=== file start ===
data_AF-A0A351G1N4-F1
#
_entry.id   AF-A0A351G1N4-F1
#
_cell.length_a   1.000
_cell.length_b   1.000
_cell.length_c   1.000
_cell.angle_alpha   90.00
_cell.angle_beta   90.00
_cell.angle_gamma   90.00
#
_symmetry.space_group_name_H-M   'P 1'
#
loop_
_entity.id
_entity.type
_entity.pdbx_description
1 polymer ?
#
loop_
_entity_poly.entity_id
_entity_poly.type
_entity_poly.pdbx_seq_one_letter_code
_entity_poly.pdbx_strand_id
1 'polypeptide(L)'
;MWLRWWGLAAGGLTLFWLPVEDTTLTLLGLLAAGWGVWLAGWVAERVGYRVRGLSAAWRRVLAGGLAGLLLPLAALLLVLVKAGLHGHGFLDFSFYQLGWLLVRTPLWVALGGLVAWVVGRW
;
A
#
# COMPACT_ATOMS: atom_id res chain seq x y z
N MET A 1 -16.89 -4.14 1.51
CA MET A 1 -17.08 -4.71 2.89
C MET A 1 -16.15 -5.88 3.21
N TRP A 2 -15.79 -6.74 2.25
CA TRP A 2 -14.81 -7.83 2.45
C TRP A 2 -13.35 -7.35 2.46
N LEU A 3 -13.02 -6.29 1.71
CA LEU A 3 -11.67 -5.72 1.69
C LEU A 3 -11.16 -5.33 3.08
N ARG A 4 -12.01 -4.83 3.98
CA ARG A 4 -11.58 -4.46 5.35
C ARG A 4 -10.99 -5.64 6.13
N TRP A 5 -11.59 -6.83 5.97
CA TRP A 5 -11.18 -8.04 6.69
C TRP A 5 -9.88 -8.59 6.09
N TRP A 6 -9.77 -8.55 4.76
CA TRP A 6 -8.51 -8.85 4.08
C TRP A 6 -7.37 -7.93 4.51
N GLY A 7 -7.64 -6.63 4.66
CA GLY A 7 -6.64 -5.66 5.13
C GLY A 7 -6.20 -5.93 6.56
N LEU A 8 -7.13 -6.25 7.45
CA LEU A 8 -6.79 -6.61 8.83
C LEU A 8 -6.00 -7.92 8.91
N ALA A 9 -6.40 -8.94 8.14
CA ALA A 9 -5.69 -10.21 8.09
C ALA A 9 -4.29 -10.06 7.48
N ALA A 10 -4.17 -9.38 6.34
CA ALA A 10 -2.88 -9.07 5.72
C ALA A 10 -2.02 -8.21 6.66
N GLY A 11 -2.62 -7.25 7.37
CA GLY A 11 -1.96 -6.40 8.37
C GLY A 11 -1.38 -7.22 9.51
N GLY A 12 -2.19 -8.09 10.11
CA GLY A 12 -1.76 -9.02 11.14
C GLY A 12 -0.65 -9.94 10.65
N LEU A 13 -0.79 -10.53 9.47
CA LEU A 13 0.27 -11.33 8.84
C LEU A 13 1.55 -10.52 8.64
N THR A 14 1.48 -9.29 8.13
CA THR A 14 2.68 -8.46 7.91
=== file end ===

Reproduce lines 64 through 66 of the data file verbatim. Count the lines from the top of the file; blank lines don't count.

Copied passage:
N GLY A 12 -2.19 -8.09 10.11
CA GLY A 12 -1.76 -9.02 11.14
C GLY A 12 -0.65 -9.94 10.65